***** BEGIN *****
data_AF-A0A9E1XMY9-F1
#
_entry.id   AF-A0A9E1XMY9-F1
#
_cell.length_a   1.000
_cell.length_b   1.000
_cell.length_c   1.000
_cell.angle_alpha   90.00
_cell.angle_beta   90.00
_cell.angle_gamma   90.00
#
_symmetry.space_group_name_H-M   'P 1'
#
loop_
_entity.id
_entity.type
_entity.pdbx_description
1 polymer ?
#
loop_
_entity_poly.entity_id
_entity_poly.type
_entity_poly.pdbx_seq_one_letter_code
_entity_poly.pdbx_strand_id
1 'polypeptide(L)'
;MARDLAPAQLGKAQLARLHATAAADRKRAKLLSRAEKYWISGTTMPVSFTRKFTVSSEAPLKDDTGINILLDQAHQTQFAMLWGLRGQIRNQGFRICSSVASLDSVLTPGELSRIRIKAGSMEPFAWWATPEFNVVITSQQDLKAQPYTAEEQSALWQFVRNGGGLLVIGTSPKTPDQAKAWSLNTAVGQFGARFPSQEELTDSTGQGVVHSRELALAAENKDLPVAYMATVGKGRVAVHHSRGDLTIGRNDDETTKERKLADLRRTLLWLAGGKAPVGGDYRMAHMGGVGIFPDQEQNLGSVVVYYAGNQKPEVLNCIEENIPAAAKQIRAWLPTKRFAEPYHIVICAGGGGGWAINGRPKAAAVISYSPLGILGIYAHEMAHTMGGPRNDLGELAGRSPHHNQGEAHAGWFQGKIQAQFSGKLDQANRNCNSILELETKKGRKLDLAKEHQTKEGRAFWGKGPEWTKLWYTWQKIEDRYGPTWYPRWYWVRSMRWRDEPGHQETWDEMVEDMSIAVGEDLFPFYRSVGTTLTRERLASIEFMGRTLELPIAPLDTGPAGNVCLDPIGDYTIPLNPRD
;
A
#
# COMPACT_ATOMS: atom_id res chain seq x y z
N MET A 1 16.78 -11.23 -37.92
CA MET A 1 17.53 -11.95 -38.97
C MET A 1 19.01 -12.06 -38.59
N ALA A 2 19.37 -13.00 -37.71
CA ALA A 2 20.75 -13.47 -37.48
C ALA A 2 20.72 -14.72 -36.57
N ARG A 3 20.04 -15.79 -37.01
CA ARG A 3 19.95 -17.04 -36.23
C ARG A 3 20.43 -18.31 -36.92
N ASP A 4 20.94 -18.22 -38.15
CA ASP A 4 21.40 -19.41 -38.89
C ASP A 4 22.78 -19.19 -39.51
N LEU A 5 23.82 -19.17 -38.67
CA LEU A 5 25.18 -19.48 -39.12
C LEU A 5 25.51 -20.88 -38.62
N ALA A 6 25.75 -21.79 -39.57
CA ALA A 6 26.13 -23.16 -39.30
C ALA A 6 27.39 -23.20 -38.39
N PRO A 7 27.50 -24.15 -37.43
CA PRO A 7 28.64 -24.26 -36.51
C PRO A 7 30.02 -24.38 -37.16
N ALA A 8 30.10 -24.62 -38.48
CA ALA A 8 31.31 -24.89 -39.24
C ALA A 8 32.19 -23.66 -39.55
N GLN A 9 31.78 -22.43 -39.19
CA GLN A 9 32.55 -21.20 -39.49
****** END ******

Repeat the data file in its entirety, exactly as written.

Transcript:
data_AF-A0A9E1XMY9-F1
#
_entry.id   AF-A0A9E1XMY9-F1
#
_cell.length_a   1.000
_cell.length_b   1.000
_cell.length_c   1.000
_cell.angle_alpha   90.00
_cell.angle_beta   90.00
_cell.angle_gamma   90.00
#
_symmetry.space_group_name_H-M   'P 1'
#
loop_
_entity.id
_entity.type
_entity.pdbx_description
1 polymer ?
#
loop_
_entity_poly.entity_id
_entity_poly.type
_entity_poly.pdbx_seq_one_letter_code
_entity_poly.pdbx_strand_id
1 'polypeptide(L)'
;MARDLAPAQLGKAQLARLHATAAADRKRAKLLSRAEKYWISGTTMPVSFTRKFTVSSEAPLKDDTGINILLDQAHQTQFAMLWGLRGQIRNQGFRICSSVASLDSVLTPGELSRIRIKAGSMEPFAWWATPEFNVVITSQQDLKAQPYTAEEQSALWQFVRNGGGLLVIGTSPKTPDQAKAWSLNTAVGQFGARFPSQEELTDSTGQGVVHSRELALAAENKDLPVAYMATVGKGRVAVHHSRGDLTIGRNDDETTKERKLADLRRTLLWLAGGKAPVGGDYRMAHMGGVGIFPDQEQNLGSVVVYYAGNQKPEVLNCIEENIPAAAKQIRAWLPTKRFAEPYHIVICAGGGGGWAINGRPKAAAVISYSPLGILGIYAHEMAHTMGGPRNDLGELAGRSPHHNQGEAHAGWFQGKIQAQFSGKLDQANRNCNSILELETKKGRKLDLAKEHQTKEGRAFWGKGPEWTKLWYTWQKIEDRYGPTWYPRWYWVRSMRWRDEPGHQETWDEMVEDMSIAVGEDLFPFYRSVGTTLTRERLASIEFMGRTLELPIAPLDTGPAGNVCLDPIGDYTIPLNPRD
;
A
#
# COMPACT_ATOMS: atom_id res chain seq x y z
N MET A 1 16.78 -11.23 -37.92
CA MET A 1 17.53 -11.95 -38.97
C MET A 1 19.01 -12.06 -38.59
N ALA A 2 19.37 -13.00 -37.71
CA ALA A 2 20.75 -13.47 -37.48
C ALA A 2 20.72 -14.72 -36.57
N ARG A 3 20.04 -15.79 -37.01
CA ARG A 3 19.95 -17.04 -36.23
C ARG A 3 20.43 -18.31 -36.92
N ASP A 4 20.94 -18.22 -38.15
CA ASP A 4 21.40 -19.41 -38.89
C ASP A 4 22.78 -19.19 -39.51
N LEU A 5 23.82 -19.17 -38.67
CA LEU A 5 25.18 -19.48 -39.12
C LEU A 5 25.51 -20.88 -38.62
N ALA A 6 25.75 -21.79 -39.57
CA ALA A 6 26.13 -23.16 -39.30
C ALA A 6 27.39 -23.20 -38.39
N PRO A 7 27.50 -24.15 -37.43
CA PRO A 7 28.64 -24.26 -36.51
C PRO A 7 30.02 -24.38 -37.16
N ALA A 8 30.10 -24.62 -38.48
CA ALA A 8 31.31 -24.89 -39.24
C ALA A 8 32.19 -23.66 -39.55
N GLN A 9 31.78 -22.43 -39.19
CA GLN A 9 32.55 -21.20 -39.49